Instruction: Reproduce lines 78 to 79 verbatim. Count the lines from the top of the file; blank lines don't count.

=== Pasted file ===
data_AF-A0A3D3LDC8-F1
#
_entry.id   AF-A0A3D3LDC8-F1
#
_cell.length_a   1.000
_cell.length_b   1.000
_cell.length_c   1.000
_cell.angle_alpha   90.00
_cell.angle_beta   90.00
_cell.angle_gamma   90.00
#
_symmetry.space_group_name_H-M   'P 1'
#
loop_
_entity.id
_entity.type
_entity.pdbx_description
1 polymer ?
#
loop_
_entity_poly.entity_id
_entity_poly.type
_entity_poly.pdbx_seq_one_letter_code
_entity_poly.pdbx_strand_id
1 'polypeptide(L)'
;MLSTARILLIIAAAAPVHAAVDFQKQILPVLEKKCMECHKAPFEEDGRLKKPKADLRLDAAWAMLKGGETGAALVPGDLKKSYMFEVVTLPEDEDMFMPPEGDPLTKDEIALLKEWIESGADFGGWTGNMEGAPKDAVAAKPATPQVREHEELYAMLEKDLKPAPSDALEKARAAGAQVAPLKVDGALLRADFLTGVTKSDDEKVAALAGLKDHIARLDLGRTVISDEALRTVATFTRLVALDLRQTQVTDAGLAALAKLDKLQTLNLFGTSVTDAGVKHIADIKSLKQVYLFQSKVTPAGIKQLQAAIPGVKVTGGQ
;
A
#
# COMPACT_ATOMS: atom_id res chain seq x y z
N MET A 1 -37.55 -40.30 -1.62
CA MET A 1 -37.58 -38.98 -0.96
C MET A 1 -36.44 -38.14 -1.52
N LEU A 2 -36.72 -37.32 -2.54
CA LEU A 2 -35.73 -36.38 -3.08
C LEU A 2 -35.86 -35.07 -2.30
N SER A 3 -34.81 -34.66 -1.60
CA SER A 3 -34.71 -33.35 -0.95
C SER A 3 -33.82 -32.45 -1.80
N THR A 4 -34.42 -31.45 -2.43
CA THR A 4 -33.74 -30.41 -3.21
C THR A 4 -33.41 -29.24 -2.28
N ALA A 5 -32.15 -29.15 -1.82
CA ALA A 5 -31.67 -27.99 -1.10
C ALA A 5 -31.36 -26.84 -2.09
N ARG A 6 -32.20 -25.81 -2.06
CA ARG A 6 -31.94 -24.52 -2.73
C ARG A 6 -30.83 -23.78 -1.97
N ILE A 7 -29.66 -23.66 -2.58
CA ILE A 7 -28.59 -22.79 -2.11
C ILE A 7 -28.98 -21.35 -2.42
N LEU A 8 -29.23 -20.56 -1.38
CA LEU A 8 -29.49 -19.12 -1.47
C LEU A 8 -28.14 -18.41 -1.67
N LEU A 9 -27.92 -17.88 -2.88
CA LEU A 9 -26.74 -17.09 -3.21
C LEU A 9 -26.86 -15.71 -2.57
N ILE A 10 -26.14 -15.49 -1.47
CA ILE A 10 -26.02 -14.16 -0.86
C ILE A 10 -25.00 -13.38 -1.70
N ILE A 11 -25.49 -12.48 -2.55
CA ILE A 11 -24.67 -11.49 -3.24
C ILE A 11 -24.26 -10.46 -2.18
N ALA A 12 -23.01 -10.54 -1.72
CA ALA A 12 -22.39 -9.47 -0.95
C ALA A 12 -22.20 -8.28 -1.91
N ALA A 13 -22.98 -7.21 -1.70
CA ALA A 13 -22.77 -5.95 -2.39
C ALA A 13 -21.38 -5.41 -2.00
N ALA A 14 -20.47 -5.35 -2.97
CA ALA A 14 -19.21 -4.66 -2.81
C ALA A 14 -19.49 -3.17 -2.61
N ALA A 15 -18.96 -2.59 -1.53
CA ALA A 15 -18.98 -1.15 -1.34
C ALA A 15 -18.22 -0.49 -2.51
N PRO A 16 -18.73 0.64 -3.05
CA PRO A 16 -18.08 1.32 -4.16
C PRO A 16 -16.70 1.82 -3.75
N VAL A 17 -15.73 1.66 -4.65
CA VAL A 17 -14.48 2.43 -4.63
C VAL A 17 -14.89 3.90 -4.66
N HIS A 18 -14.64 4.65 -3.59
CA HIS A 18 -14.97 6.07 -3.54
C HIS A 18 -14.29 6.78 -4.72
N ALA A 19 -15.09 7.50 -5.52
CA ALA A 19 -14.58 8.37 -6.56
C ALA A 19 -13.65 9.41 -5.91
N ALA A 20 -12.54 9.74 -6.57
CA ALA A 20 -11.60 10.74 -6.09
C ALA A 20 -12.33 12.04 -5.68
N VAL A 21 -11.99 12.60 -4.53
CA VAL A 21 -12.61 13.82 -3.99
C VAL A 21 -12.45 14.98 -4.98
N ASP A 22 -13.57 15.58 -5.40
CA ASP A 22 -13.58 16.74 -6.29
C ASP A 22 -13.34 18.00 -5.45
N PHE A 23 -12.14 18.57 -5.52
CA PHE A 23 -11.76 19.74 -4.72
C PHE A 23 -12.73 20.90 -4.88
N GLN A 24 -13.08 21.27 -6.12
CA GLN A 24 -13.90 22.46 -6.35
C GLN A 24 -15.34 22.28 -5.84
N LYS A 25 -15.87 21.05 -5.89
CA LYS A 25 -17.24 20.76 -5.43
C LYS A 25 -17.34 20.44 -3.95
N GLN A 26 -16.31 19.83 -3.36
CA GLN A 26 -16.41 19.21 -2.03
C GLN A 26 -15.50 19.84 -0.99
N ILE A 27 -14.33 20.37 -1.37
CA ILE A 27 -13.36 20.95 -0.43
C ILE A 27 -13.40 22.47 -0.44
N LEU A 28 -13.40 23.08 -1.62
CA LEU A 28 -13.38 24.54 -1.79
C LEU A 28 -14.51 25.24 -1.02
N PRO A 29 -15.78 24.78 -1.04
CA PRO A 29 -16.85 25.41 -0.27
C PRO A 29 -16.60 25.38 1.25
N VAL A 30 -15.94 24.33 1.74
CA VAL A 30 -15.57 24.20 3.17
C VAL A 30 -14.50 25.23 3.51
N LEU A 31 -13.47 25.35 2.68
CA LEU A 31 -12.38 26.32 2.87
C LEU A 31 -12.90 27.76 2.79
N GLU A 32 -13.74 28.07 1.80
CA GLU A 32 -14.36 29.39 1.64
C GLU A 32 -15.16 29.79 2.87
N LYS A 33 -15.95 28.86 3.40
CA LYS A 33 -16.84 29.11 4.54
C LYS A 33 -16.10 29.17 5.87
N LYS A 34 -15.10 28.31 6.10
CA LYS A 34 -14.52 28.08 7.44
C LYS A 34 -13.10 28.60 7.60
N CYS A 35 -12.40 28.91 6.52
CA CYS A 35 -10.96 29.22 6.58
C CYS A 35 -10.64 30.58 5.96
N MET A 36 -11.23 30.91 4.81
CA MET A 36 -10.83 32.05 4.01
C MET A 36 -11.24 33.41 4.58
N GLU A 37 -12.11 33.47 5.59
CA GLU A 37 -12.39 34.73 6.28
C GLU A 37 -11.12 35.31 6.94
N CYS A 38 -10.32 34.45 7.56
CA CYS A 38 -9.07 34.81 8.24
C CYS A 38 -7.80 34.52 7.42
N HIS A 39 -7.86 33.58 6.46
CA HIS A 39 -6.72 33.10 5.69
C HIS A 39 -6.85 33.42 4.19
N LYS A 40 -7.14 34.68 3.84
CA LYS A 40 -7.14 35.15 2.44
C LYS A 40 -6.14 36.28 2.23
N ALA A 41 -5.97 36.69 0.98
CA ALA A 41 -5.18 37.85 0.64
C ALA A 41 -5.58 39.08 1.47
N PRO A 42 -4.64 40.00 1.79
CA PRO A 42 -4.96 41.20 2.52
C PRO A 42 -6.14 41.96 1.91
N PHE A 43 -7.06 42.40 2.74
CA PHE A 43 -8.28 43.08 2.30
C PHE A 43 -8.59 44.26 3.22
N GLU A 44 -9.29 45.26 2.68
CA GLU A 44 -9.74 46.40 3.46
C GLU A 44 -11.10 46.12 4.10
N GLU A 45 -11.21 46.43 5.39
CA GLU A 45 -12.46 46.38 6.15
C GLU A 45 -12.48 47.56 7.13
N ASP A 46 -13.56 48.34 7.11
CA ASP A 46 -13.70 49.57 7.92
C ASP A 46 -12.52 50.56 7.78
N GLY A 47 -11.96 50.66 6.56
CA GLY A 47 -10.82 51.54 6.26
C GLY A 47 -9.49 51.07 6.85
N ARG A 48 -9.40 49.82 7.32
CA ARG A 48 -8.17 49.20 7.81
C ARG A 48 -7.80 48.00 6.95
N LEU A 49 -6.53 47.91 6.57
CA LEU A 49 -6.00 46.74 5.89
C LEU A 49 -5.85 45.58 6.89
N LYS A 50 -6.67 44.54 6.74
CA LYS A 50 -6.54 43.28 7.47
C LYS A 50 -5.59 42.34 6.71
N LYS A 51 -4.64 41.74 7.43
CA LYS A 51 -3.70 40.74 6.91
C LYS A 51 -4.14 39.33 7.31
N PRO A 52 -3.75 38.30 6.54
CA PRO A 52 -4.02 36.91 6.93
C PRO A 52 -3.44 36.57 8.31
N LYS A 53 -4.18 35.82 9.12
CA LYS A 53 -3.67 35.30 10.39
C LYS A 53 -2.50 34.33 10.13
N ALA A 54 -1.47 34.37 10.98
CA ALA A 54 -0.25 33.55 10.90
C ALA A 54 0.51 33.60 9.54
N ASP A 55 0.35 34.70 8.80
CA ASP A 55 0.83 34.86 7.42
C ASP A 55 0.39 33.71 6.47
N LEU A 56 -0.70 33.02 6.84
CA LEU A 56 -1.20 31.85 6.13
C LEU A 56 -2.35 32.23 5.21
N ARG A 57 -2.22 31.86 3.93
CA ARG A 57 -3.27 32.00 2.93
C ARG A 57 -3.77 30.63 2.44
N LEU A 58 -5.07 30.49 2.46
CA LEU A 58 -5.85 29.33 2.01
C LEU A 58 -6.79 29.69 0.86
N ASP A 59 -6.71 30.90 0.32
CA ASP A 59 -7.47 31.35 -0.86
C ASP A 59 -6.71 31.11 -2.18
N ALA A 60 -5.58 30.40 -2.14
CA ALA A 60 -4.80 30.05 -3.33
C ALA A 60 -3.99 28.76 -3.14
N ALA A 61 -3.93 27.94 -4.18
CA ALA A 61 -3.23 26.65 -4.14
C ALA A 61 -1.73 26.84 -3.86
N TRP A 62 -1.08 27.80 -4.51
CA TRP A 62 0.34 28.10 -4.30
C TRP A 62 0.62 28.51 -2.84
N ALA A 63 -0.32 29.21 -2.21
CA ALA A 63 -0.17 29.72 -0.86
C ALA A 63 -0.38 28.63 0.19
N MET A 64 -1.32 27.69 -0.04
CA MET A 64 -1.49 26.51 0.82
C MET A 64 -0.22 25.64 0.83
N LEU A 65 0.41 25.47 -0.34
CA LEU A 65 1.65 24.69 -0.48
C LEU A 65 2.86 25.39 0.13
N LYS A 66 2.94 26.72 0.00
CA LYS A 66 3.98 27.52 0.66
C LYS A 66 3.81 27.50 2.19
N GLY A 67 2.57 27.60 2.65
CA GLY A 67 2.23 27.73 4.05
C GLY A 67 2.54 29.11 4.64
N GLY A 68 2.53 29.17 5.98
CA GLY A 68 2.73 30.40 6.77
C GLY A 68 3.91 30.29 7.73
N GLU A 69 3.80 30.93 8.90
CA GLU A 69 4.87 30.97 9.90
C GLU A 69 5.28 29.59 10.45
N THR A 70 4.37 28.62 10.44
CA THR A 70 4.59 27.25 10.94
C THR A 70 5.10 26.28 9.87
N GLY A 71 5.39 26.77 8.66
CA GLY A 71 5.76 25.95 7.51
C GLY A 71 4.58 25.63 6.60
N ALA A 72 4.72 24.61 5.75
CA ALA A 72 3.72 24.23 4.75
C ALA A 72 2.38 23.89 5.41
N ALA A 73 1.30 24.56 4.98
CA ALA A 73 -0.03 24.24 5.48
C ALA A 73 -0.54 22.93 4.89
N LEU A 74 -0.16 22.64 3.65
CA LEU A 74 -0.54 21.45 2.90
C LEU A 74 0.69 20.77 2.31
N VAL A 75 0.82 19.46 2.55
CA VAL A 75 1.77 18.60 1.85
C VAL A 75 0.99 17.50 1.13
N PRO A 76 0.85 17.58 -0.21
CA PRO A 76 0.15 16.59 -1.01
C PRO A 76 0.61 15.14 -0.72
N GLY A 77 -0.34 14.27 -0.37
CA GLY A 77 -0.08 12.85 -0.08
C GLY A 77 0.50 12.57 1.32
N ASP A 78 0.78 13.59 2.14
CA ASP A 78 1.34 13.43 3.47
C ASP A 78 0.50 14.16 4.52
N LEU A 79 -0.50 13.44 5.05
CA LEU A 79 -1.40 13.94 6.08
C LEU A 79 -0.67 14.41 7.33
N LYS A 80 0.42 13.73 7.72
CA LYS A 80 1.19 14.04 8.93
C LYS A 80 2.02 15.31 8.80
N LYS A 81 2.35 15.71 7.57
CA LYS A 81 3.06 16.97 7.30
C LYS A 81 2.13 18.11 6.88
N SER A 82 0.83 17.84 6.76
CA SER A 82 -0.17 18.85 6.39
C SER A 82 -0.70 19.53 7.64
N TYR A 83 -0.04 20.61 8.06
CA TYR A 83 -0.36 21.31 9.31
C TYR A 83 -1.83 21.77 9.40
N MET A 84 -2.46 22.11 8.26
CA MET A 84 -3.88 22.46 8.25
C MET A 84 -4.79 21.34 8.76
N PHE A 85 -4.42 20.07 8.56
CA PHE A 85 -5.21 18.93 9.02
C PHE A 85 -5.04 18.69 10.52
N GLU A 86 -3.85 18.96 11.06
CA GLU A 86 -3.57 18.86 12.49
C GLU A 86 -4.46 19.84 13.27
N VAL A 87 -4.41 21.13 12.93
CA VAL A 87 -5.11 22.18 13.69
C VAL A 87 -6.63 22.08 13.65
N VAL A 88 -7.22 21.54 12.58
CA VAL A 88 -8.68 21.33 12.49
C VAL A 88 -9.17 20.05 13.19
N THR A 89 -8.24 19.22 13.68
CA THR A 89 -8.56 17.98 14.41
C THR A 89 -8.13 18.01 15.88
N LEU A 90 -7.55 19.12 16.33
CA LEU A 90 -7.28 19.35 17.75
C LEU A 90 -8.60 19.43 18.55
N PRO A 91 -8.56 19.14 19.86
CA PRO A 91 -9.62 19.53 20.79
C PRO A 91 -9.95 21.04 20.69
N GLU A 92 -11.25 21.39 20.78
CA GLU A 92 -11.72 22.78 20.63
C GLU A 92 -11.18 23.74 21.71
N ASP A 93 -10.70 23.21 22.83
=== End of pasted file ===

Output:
C PRO A 16 -16.70 1.82 -3.75
N VAL A 17 -15.73 1.66 -4.65